[Intel Report] Scientists Fear Trump Will Suppress Blunt Climate Report

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climate censoredThis is the first case in which an analysis of climate change of this scope has come up in the Trump administration, and scientists will be watching very carefully to see how they handle it.


Lisa Friedman, New York Times: Scientists Fear Trump Will Dismiss Blunt Climate Report

One government scientist who worked on the report, Katharine Hayhoe, a professor of political science at Texas Tech University, called the conclusions among “the most comprehensive climate science reports” to be published. Another scientist involved in the process, who spoke to The New York Times on the condition of anonymity, said he and others were concerned that it would be suppressed. CONTINUE READING


Bill McKibben, The Guardian: The Trump administration’s solution to climate change: ban the term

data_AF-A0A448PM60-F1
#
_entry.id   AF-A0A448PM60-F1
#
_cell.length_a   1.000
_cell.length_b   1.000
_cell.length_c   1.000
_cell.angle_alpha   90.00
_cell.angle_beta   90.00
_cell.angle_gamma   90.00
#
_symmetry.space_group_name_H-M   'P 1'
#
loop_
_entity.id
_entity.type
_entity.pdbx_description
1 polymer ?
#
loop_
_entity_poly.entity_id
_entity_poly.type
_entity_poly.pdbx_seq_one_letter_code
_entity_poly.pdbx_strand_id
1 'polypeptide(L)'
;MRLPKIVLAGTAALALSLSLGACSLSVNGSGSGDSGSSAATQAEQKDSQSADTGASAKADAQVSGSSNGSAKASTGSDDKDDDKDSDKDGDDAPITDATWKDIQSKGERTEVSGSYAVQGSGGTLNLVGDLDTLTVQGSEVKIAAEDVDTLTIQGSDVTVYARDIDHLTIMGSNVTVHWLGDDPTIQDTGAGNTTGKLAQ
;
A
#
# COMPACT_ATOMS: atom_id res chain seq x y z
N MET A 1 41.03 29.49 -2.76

In a bold new strategy unveiled on Monday in the Guardian, the US Department of Agriculture – guardians of the planet’s richest farmlands – has decided to combat the threat of global warming by forbidding the use of the words.

Under guidance from the agency’s director of soil health, Bianca Moebius-Clune, a list of phrases to be avoided includes “climate change” and “climate change adaptation”, to be replaced by “weather extremes” and “resilience to weather extremes”. CONTINUE READING


Marianne Lavelle, Inside Climate News: How Congress Is Cementing Trump’s Anti-Climate Orders into Law

Congress could short-circuit that litigation strategy with measures like the provision passed by the House last week allowing withdrawal of Obama’s “Waters of the U.S.” rule without public notice, comment or any of the other requirements that apply to federal departments and agencies. The Trump administration already has begun rescinding the rule, which was written to protect wetlands from dredge and fill material and created new permitting and reporting requirements that the oil, gas and coal industry abhor. The rider that the GOP tucked into an $800 billion budget bill would hurry the repeal and reduce possibilities for legal challenge. CONTINUE READING

 

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